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Rise of "Babylon"

Let me come clean: I grew up watching Star Trek. I loved Star Trek. When my friends and I would play, I'd always want to be Captain Kirk, which led to some interesting make-believe crossovers, like "Starzan," in which Captain Kirk and the Lord of the Apes... well, we were kids. What did we know? (I hear now that Marvel is publishing a "Star Trek meets the X-Men" comic book. Well, they're kids... what do they know?)

My love of Star Trek was reborn when they started making feature films. I still believe Star Trek II: The Wrath of Khan is one of the best science fiction films ever made, one that would probably be recognized as a classic if it weren't for the fact that it was a Star Trek.

These are sad days in the Star Trek empire, but that's a topic for another day. I come not to bury Trek, but to praise the show that's made me forget Trek while at the same time making me remember what I felt like when I watched those original Trek episodes.

The show is Babylon 5.

Babylon 5 is a show unlike any other on television, and it would be recognized as one of the best dramas on TV were it not for the fact that its stars include people under heavy alien make-up. As we all know, if it's sci-fi, it's just kid's stuff, right?

In the case of B5, that's totally wrong.

Story Arc. The first way that B5 is unique is in its overarching story. People made a big deal of Wiseguy's multi-part story arcs, self-contained stories that played out over 5 or 6 weeks. Murder One was quite controversial in that it took 22 episodes to play out one court case. But B5 beats all that, because B5 is a five-year story, completely plotted out before the first episode had been shot. This means that, unlike most TV shows but like most novels, we can see foreshadowing, dropped hints, all sorts of nuances that only hit you years later, when the other shoe is finally dropped. It doesn't require studying to appreciate the show, but even casual viewers will be impressed by the fact that they're not making it up as they go along. Unlike something like Twin Peaks, a great mind-bending show that ended up going to shit because the writers had painted themselves in a corner, B5 doesn't drop plot threads. They're all there for a reason.

We Fear Change. A few months ago, Entertainment Weekly published a cover story about how TV was better than the movies. I agree to a certain extent, but there's a big problem with series television: it's unchanging. With few exceptions, every series begins and ends every episode with the same cast of characters behaving the same way, mostly so that when shows get sawed up into syndication, people can view them in any order and not know the difference. Star Trek: Voyager can spend a week almost blowing up the ship (which, mind you, is supposed to be so far from home that they have nobody to help them fix anything), and yet the next week everything's squeaky clean.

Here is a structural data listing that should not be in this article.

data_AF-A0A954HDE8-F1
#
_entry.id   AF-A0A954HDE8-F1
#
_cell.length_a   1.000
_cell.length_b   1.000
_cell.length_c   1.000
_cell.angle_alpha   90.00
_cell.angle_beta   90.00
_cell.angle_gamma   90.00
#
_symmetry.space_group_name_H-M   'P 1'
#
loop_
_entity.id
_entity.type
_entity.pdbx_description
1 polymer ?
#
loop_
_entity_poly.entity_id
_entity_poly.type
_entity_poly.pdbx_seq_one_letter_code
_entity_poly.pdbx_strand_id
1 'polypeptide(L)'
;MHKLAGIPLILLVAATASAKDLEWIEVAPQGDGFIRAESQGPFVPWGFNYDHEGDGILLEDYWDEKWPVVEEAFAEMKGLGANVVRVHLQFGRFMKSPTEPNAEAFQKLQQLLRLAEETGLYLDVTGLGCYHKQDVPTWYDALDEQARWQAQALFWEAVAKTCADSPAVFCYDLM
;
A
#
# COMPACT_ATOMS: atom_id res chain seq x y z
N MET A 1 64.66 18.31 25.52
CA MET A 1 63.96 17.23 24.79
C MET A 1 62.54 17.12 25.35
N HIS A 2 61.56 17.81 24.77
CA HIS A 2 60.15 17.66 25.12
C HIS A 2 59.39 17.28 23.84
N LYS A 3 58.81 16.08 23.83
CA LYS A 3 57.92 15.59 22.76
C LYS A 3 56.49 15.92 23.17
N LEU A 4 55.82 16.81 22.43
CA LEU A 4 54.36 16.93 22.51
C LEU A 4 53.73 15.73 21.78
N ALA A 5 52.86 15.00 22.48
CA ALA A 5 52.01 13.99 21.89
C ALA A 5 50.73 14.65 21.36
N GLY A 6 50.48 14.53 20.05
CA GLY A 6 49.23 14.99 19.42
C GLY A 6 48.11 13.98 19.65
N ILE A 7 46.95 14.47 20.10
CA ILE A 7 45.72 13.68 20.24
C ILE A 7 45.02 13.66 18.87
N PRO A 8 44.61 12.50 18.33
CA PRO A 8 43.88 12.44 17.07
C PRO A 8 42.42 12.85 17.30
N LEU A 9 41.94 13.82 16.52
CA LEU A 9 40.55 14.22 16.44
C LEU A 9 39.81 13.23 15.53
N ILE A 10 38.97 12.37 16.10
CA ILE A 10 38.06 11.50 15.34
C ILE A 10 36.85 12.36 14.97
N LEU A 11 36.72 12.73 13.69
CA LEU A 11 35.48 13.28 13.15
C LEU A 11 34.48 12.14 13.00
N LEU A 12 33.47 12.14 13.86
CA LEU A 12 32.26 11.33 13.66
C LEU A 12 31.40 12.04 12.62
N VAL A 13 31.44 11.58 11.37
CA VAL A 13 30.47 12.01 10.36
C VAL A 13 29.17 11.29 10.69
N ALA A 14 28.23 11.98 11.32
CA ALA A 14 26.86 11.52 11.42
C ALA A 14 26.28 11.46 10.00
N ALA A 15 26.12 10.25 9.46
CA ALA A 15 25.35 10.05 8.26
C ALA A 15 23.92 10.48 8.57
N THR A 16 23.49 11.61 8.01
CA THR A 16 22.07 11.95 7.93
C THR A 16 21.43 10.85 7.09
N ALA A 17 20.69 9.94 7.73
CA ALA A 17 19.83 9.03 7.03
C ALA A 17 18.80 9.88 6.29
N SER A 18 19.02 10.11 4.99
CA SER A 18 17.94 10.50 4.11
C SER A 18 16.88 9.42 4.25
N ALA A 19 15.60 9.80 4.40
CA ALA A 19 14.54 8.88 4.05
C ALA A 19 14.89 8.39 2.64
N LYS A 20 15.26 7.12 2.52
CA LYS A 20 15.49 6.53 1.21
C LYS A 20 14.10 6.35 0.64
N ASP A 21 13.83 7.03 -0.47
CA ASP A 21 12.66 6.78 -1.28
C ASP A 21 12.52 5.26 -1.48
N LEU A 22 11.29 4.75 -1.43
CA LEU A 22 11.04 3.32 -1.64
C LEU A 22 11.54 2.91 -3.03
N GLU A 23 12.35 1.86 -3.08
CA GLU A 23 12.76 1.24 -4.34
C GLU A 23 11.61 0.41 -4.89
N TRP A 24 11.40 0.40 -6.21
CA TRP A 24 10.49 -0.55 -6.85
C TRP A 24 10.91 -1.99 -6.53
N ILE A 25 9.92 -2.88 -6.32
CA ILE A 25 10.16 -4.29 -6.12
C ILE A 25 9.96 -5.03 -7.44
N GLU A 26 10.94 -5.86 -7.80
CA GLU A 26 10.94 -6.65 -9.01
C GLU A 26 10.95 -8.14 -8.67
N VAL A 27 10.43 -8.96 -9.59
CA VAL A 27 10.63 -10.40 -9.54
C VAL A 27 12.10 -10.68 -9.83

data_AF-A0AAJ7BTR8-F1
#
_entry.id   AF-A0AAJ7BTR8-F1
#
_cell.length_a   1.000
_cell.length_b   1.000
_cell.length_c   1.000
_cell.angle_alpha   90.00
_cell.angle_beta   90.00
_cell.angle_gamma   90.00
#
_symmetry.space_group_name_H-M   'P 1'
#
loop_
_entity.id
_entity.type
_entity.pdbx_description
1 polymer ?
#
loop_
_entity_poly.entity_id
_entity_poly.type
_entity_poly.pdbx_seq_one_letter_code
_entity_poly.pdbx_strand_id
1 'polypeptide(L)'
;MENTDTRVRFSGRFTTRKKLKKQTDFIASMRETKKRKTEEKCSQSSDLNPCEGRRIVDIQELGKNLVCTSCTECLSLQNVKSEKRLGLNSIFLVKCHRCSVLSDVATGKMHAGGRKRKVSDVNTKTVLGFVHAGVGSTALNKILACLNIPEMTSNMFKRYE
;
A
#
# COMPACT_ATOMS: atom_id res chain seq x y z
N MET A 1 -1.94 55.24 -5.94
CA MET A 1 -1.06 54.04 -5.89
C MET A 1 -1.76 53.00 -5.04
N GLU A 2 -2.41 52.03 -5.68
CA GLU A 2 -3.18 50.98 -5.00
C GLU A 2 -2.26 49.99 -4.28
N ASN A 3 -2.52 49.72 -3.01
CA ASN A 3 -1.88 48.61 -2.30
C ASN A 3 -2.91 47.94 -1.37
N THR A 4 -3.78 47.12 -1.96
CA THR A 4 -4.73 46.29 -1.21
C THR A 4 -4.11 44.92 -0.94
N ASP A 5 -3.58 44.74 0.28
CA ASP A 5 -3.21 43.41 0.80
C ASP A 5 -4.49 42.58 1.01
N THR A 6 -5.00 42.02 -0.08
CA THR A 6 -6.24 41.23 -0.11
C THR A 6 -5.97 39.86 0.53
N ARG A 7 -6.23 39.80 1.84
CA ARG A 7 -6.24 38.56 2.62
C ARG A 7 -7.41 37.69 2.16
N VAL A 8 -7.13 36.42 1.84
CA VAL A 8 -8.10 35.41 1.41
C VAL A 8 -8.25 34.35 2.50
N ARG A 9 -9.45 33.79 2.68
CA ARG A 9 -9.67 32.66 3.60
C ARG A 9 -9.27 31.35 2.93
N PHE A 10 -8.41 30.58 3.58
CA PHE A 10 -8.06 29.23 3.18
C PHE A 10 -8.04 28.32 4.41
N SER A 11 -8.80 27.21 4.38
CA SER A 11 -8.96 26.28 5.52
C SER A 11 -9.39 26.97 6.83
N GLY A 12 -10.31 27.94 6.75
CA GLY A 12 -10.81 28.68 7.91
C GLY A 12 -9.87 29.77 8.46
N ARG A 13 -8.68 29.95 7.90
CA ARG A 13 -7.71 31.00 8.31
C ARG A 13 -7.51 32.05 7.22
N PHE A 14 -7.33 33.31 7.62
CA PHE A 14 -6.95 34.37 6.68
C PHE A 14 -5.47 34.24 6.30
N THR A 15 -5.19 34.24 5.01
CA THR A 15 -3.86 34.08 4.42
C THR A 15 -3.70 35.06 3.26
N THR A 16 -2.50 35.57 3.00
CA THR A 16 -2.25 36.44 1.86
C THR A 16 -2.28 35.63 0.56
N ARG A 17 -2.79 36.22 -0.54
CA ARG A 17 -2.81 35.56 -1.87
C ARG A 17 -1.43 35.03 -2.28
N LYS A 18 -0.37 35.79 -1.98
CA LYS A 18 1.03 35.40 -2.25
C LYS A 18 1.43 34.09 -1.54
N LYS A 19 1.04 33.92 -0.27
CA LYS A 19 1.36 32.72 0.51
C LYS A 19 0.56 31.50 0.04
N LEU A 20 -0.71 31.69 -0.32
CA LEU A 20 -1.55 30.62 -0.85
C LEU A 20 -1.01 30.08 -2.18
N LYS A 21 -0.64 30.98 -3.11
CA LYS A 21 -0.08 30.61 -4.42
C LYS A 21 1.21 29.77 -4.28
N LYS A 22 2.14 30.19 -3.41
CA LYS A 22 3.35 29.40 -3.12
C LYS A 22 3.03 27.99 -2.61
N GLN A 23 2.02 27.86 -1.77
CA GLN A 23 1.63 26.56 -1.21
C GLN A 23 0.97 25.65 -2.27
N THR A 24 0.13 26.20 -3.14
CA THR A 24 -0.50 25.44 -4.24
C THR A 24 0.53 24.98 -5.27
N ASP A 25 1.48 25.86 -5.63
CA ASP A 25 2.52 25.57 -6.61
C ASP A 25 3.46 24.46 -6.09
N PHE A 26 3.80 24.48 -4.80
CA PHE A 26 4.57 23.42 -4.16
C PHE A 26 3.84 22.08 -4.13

In contrast, B5's characters are always changing -- just like people in real life. One character began the series as a humorous, likable character. He's now made decisions which have led to the deaths of millions of people, and is doomed to a life of tragedy and death. Another began appearing like a stock bad guy, but he's metamorphosed into a very religious figure determined to do what's right, no matter the cost.

In life, nobody's a flatline -- we're all vectors pointing in some direction at any given time. B5 captures that better than most shows out there.

Politics and Religion. B5 also succeeds in the depth of its subject matter. The overarching theme of the series seems to involve spirituality and personal responsibility. Characters have various religious beliefs, which affect the way they act. When you boil everything down to its core, the show seems to be about a recurring battle between good and evil -- but upon closer examination, I've discovered that it may not be about that at all. What's been set up as a simplistic battle between the forces of good and an ancient alien race known only as the Shadows has turned into a moral and ethical conflict stickier than anything a modern cop show has dreamed of.

The Sci-Fi Problem. But B5 is hamstrung by the genre it plays out in. Being a science fiction show gives B5 the ability to address themes other shows can't, because it can redress events in otherworldly clothing. NYPD Blue really can't address the subject of genocide, but B5 can, as one of its characters participates in what amounts to the carpet-bombing of an entire planet. But that freedom comes with a terrible price -- millions upon millions of viewers will never watch a science fiction show, because years of Lost in Space and Buck Rogers have convinced them that sci-fi is for kids.

On one level, sure, sci-fi attracts the kids and the chicken-head-eating-geek adults who love to see cool spaceship battles, and B5 does a good job at providing that for them. But behind the makeup and the sets is a series unlike any that's aired on television -- a five-year novel for television that's as mature, adult, and engrossing as NYPD Blue or Homicide or any of the other great dramas on the air today.

I ask you to set your prejudices aside and give it a try. And now's a good time to start -- the final two episodes of B5's third season air the weeks of Oct. 20 and Oct. 27, and they're the best two episodes the series has produced. It's not too late to give Babylon 5 a ride.


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